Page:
Connect with us
Advertise With Us

EDITORIAL

Poor Power Supply: DisCos And Forensic Audit

Published

on

When the federal government rolled out plans for the privatisation of the power sector to ensure improved electricity supply, it listed clearly, the conditions upon which the exercise will be implemented. Years after the exercise, the nation is yet to get stable power supply owing, largely, to lack of strict adherence to such conditionalities. In the face of an unending power supply conundrum, the federal government, through the National Economic Council (NEC), ordered a forensic audit of the electricity distribution companies (DisCos).
The country’s power sector is riddled with enormous challenges. Worst still, customers believe that the operators are shortchanging them, under-delivering, under performing and over charging the consumers. Indeed, there is also the concern that the DisCos are holding back remittances that should go up the value chain, on the back of sharp practices of estimated billing, resulting in the current market liquidity challenges. But NEC believes the time is ripe to carry out forensic audit of all bank accounts of DisCos and for state governments to provide details of their investments on DisCos. Understandably, the forensic audit has been identified as part of the process of determining the valuation of the DisCos.
On its own, the World Bank indicated that the forensic audit is a pre-condition to the $500 million loan that it is seeking to lend to the DisCos for capital investment. The Bank insists that the audit is but an assessment to determine the DisCos’ areas of deficiencies, a precursor to identifying the areas of need and investment. As a matter of fact, audits are a necessary regulatory tool and will help to wad-off the misconception of DisCos trying to hide their malpractices. More than anything, the value of au- dits as a tool to maintain the balance in a monopolistic commercial environment and to establish a foundation for the correction of the liquidity challenges of the Nigerian Electricity Sup- ply Industry-NESI-, cannot be overemphasized.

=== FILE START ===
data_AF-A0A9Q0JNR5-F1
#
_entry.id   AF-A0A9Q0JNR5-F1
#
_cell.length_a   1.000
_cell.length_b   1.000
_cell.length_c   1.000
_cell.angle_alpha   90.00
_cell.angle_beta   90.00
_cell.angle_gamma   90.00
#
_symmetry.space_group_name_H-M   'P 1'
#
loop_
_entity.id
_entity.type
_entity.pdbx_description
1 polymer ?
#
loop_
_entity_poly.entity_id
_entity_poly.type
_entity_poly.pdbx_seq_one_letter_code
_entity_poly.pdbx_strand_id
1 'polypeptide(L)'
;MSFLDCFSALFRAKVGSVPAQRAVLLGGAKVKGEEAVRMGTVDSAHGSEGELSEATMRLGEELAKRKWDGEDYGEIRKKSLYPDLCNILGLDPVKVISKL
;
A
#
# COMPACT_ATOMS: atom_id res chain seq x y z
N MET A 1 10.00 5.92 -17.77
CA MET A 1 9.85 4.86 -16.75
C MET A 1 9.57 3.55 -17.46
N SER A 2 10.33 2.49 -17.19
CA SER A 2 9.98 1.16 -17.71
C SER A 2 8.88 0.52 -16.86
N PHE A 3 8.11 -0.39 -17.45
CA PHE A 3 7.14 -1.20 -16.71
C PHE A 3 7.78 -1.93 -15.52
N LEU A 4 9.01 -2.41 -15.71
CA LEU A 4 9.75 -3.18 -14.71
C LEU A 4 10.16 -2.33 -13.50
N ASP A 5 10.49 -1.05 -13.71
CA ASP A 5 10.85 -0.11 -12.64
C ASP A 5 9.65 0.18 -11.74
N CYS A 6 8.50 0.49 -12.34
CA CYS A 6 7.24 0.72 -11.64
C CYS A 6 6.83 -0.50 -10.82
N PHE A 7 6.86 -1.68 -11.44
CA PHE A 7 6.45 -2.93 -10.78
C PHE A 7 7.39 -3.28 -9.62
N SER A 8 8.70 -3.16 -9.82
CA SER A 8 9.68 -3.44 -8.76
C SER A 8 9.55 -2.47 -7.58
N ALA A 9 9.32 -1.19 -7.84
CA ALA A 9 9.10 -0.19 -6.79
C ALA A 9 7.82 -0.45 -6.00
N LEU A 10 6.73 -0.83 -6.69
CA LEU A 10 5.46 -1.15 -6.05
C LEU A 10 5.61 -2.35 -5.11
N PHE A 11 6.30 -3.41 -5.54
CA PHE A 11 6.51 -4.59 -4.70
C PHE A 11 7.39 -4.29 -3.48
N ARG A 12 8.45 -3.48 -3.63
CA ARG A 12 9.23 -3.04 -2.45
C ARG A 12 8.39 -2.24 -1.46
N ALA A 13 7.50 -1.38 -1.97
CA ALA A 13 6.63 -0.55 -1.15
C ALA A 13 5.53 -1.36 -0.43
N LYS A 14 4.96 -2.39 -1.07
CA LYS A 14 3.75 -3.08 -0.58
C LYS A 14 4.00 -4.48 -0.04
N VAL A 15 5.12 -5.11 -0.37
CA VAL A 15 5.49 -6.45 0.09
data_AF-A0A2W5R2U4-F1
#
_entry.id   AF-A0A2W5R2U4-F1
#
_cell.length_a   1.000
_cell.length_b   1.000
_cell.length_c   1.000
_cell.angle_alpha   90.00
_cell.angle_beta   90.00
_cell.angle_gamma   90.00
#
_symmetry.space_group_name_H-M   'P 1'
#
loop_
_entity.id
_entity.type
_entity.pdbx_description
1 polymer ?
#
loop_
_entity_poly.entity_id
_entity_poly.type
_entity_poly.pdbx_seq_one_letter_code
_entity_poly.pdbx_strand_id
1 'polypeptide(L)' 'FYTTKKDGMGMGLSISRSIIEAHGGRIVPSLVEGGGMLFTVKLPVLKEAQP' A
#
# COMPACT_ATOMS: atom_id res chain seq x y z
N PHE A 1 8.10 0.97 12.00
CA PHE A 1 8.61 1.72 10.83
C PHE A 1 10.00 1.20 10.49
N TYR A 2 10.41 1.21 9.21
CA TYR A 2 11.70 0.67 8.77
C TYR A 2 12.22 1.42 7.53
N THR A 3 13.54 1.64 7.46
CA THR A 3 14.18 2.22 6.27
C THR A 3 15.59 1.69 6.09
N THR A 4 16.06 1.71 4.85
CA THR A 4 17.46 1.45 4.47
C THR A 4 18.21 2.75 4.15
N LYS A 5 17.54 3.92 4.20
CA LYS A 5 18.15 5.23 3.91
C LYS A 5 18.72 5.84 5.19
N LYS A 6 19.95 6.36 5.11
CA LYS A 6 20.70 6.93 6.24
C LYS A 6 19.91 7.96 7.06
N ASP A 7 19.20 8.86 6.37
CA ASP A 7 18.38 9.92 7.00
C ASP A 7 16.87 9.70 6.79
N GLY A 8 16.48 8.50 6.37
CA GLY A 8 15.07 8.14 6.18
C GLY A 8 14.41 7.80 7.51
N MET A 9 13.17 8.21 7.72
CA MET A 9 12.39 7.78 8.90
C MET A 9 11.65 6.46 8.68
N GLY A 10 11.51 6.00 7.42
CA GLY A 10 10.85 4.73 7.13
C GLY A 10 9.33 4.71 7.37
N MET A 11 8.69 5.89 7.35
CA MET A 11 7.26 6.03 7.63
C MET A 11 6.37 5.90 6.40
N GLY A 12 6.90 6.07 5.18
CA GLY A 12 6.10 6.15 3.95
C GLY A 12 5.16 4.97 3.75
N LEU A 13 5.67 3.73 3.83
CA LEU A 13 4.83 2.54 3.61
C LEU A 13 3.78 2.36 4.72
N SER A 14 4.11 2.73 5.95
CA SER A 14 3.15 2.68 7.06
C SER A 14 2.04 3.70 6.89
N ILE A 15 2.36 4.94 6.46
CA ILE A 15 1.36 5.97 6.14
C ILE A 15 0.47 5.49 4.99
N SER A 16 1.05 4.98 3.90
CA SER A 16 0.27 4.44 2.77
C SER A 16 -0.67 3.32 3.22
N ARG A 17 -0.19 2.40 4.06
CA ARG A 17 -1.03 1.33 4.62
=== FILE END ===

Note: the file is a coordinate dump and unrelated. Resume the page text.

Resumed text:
But is the NEC right in narrowing in on DisCos alone for the forensic audit when it is crystal clear that the challenges of liquidity is a problem that involves all the stakeholders in the our stand sector? Where is the place of the auditing being carried out by the Nigerian Electricity Regulatory Commission on the DisCos’ book since the last six years? Some industry players believe that the proposed forensic audit is being utilized out of context for purposes that are not consistent with its utility and as a distraction from the root causes of NESI’s liquidity challenges. It is our considered opinion that attempts directed at correcting the challenges of NESI must be holistic and address all stakeholders along the value chain. Consequently, DisCos, the Transmission Company of Nigeria (TCN), GenCos, gas-to-power and the Nigerian Bulk Electricity Trader (NBET) should all be subjected to forensic audits. Curiously, the government has not say if there are plans to also subject these other stakeholders to the forensic audit giving credence to the allegation that its focus on DisCos is a selective persecution.